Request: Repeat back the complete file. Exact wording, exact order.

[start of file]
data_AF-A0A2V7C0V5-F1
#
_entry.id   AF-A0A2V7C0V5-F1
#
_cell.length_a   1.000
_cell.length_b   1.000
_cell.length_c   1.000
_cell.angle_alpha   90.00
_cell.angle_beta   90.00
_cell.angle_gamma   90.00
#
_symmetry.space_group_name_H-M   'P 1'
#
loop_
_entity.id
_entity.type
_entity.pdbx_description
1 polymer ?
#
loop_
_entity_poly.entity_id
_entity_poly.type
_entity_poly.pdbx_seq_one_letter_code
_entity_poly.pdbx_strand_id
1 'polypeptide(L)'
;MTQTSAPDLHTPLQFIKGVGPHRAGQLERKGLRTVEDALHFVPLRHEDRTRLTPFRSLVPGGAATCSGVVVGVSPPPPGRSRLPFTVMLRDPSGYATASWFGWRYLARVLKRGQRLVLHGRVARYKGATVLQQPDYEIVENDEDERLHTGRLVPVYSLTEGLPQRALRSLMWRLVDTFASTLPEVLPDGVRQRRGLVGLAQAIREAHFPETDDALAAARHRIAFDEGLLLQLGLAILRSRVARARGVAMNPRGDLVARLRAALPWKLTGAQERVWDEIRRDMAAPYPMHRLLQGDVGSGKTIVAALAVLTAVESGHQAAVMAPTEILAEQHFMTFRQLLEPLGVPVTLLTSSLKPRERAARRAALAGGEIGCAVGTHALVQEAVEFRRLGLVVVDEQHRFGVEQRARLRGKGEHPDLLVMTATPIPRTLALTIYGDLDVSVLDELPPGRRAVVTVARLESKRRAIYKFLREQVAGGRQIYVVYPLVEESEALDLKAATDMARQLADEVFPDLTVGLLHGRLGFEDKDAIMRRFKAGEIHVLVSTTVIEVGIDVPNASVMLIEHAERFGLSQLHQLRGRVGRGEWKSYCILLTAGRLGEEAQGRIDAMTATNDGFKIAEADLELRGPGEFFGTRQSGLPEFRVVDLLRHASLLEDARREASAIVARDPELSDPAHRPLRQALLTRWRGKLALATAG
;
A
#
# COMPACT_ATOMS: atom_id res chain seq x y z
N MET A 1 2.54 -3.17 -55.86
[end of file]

data_AF-A0A2V7C0V5-F1
#
_entry.id   AF-A0A2V7C0V5-F1
#
_cell.length_a   1.000
_cell.length_b   1.000
_cell.length_c   1.000
_cell.angle_alpha   90.00
_cell.angle_beta   90.00
_cell.angle_gamma   90.00
#
_symmetry.space_group_name_H-M   'P 1'
#
loop_
_entity.id
_entity.type
_entity.pdbx_description
1 polymer ?
#
loop_
_entity_poly.entity_id
_entity_poly.type
_entity_poly.pdbx_seq_one_letter_code
_entity_poly.pdbx_strand_id
1 'polypeptide(L)'
;MTQTSAPDLHTPLQFIKGVGPHRAGQLERKGLRTVEDALHFVPLRHEDRTRLTPFRSLVPGGAATCSGVVVGVSPPPPGRSRLPFTVMLRDPSGYATASWFGWRYLARVLKRGQRLVLHGRVARYKGATVLQQPDYEIVENDEDERLHTGRLVPVYSLTEGLPQRALRSLMWRLVDTFASTLPEVLPDGVRQRRGLVGLAQAIREAHFPETDDALAAARHRIAFDEGLLLQLGLAILRSRVARARGVAMNPRGDLVARLRAALPWKLTGAQERVWDEIRRDMAAPYPMHRLLQGDVGSGKTIVAALAVLTAVESGHQAAVMAPTEILAEQHFMTFRQLLEPLGVPVTLLTSSLKPRERAARRAALAGGEIGCAVGTHALVQEAVEFRRLGLVVVDEQHRFGVEQRARLRGKGEHPDLLVMTATPIPRTLALTIYGDLDVSVLDELPPGRRAVVTVARLESKRRAIYKFLREQVAGGRQIYVVYPLVEESEALDLKAATDMARQLADEVFPDLTVGLLHGRLGFEDKDAIMRRFKAGEIHVLVSTTVIEVGIDVPNASVMLIEHAERFGLSQLHQLRGRVGRGEWKSYCILLTAGRLGEEAQGRIDAMTATNDGFKIAEADLELRGPGEFFGTRQSGLPEFRVVDLLRHASLLEDARREASAIVARDPELSDPAHRPLRQALLTRWRGKLALATAG
;
A
#
# COMPACT_ATOMS: atom_id res chain seq x y z
N MET A 1 2.54 -3.17 -55.86